No one can be "so OCD"
About one in every one hundred Americans suffer from Obsessive Compulsive Disorder, or OCD. I would guess that around seventy of every one hundred people have said something like “I’m so OCD” or “that’s so OCD”. I would also take a wild guess and say that out of those seventy people, only thirty know more about OCD than just the “cleaning neat freak” stereotype. OCD is a serious illness. It may not physically take lives, but it can definitely deprive people of living. However, it is often overlooked, stigmatized, or glamorized by our society, as if this mental illness wasn’t labeled an illness for a reason.
For most people, when they hear the term OCD, their minds immediately jump to perfectly made beds, symmetrical displays, and spotless kitchens, which isn’t their fault. Today’s society has prioritized ignorance in order to feel knowledgeable. People want to feel like they know everything that could go wrong with their brain, but they don’t want to research it. People see someone always doing the dishes, and it’s easier to say “oh they’re so OCD” than to offer a hand with them. But this tidiness and perfectionistic stereotype around OCD is very misunderstood. And that phrase is even more unaware; to clarify, no one can be a disorder.
As someone who has been professionally diagnosed with OCD, and has struggled with it for over a decade, I can tell you that having OCD does not make you a neat freak. My room is proof. This is one of the reasons why people saying something like “I’m so OCD” can be perceived as triggering and insensitive. OCD, like almost all other mental disorders, is different for everyone. It is often categorized into obsessions and compulsions, and these can be constantly changing for each individual. While there are many people with OCD that have a hygiene or neatness obsession, with compulsions such as constantly washing their hands or straightening out materials, there are countless other topics. And just because you got uncomfortable when a hanging picture was slightly tilted and you felt like moving it, does not mean you have OCD and especially not that you are ‘OCD’.
Another assumption that is made, often by those who are not diagnosed with OCD, is that it is in a way a helpful disorder. I have had many friends come up to me and say, “You’re lucky, I wish I had OCD, I would finally get my room to stay neat!” Obsessive compulsive disorder like all disorders is not an advantage or gift. It is an illness. People who struggle with OCD often spend countless hours rearranging, ruminating, and stressing over miniscule details of their day. That picture that you wanted to adjust, they had to adjust it. That pen you wanted to put the cap on, if they didn’t they believed their loved ones would die. OCD is not an asset. It is a debilitating condition. In many ways OCD actually takes away from one’s goals around their obsession. For example, someone who is paranoid about getting sick may wash their hands so many times that they lose sleep, and that’s what gets them sick. Someone scared of being late may stare at the clock so much they forget what time they’re supposed to leave. Yes, OCD may sometimes motivate you to clean your room more or wash your hands, but what you have to give that illness in return is no equivalent.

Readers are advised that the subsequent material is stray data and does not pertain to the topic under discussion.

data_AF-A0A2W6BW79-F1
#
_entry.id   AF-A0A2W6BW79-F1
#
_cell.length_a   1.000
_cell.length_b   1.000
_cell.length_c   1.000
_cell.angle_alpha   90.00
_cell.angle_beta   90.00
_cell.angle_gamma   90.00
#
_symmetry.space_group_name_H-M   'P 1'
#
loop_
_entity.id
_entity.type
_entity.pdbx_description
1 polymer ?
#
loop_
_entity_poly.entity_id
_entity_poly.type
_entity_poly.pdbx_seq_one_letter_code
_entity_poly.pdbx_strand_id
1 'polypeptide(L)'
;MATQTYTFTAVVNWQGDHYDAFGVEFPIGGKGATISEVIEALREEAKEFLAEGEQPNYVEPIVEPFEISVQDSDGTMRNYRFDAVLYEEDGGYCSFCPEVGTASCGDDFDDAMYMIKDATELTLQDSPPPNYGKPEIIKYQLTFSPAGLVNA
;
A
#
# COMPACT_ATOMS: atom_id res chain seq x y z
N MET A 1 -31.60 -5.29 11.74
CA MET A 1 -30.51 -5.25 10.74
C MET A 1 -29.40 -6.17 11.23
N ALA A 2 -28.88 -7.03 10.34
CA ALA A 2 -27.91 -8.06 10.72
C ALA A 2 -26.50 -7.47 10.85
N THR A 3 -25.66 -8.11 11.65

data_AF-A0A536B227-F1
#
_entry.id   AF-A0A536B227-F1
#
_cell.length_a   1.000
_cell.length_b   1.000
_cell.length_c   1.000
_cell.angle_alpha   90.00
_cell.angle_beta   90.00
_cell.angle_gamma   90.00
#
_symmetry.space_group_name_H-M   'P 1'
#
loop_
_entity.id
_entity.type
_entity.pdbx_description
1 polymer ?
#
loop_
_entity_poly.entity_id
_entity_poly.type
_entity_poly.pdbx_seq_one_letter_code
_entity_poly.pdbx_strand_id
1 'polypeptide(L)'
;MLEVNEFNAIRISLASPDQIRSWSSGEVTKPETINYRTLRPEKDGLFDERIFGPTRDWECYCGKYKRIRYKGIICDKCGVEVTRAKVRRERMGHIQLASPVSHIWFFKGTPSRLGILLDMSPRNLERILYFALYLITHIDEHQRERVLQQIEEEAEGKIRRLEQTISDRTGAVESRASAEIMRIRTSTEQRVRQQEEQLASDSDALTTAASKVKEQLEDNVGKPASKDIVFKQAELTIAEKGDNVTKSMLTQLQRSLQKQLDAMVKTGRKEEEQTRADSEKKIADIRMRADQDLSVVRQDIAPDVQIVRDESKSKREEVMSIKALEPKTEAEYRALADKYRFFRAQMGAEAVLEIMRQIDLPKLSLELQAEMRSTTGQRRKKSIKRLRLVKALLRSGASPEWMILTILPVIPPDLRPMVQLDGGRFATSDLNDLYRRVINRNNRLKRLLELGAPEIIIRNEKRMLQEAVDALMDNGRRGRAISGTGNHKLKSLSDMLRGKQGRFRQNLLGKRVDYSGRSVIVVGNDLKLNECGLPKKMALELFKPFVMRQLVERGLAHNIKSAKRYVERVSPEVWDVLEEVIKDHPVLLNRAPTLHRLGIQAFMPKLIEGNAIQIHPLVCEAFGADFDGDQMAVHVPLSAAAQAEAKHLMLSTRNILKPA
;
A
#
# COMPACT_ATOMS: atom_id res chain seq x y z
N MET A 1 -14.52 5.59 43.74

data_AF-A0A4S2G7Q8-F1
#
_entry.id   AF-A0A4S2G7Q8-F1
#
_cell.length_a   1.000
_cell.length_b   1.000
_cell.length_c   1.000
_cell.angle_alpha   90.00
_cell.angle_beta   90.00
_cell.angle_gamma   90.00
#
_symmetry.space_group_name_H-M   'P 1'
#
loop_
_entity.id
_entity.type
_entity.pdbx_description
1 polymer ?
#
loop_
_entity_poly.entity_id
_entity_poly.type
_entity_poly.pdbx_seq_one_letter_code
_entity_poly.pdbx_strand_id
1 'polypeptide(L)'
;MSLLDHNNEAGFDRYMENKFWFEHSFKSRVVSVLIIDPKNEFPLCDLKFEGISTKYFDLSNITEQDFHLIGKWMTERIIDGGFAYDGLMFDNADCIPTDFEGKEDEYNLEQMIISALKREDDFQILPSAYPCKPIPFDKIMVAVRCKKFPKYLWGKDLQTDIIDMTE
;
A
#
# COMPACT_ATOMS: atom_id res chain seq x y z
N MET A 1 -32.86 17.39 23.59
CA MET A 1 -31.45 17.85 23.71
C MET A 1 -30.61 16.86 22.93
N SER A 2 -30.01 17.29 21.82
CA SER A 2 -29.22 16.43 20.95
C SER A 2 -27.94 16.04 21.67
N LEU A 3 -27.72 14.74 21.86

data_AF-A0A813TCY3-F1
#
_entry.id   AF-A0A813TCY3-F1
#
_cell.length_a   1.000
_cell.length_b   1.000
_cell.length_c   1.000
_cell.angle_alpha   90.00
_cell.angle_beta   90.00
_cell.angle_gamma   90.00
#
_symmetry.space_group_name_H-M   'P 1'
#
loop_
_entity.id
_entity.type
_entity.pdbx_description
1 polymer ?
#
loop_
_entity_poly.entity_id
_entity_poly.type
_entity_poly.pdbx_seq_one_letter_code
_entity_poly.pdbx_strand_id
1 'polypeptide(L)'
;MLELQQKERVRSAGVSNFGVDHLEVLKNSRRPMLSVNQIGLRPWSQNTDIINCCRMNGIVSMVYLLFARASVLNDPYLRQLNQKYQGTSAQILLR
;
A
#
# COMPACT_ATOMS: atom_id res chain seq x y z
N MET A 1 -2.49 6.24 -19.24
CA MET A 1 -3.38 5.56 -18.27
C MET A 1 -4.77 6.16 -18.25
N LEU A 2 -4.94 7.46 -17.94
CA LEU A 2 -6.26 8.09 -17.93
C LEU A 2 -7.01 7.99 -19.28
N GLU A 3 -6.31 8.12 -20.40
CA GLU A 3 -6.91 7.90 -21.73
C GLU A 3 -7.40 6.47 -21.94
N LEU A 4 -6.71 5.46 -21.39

Another thing that tends to happen when I tell people I have OCD is that they reply, “Oh yeah, me too!” Often this means that they don’t like having things a mess; like 80% of the population. Humans love to belong and connect with each other, but that need can be unhelpful at times. To me, when I hear this I feel completely gaslighted. Having a mental disorder is not fun, and it can be really lonely at times. When you try to connect with someone over an illness you don’t have, it feels like you’re undermining their suffering. The crazy thing is that you would never tell a cancer patient you probably have cancer because your hair fell out once or say you’re anemic because you fainted one time. Mental disorders seem to have more flexibility with this idea though. My theory is that this is because there is more of a gray area in terms of diagnosis. For example, when you have AIDS you get a test and you’re either positive or you're not, but there’s no real test for depression or OCD for example. So people give themselves a test based on the little stereotyped knowledge they have about an illness. People will think, “Oh I didn’t like seeing my clothes all messy, I guess I have OCD now.”
Obsessive Compulsive Disorder is a real illness not a trend or an adjective. OCD is a debilitating disorder and it is not one to desire. For the sake of those suffering with OCD and for their own awareness, people need to educate themselves more on this topic. It has become over normalized and it has made those suffering feel like they are meant to enjoy it. OCD is not who someone is, even with a diagnosis. So the next time you color code your dresser say, “Well, that was an aesthetically pleasing waste of time” and not “I’m so OCD.”
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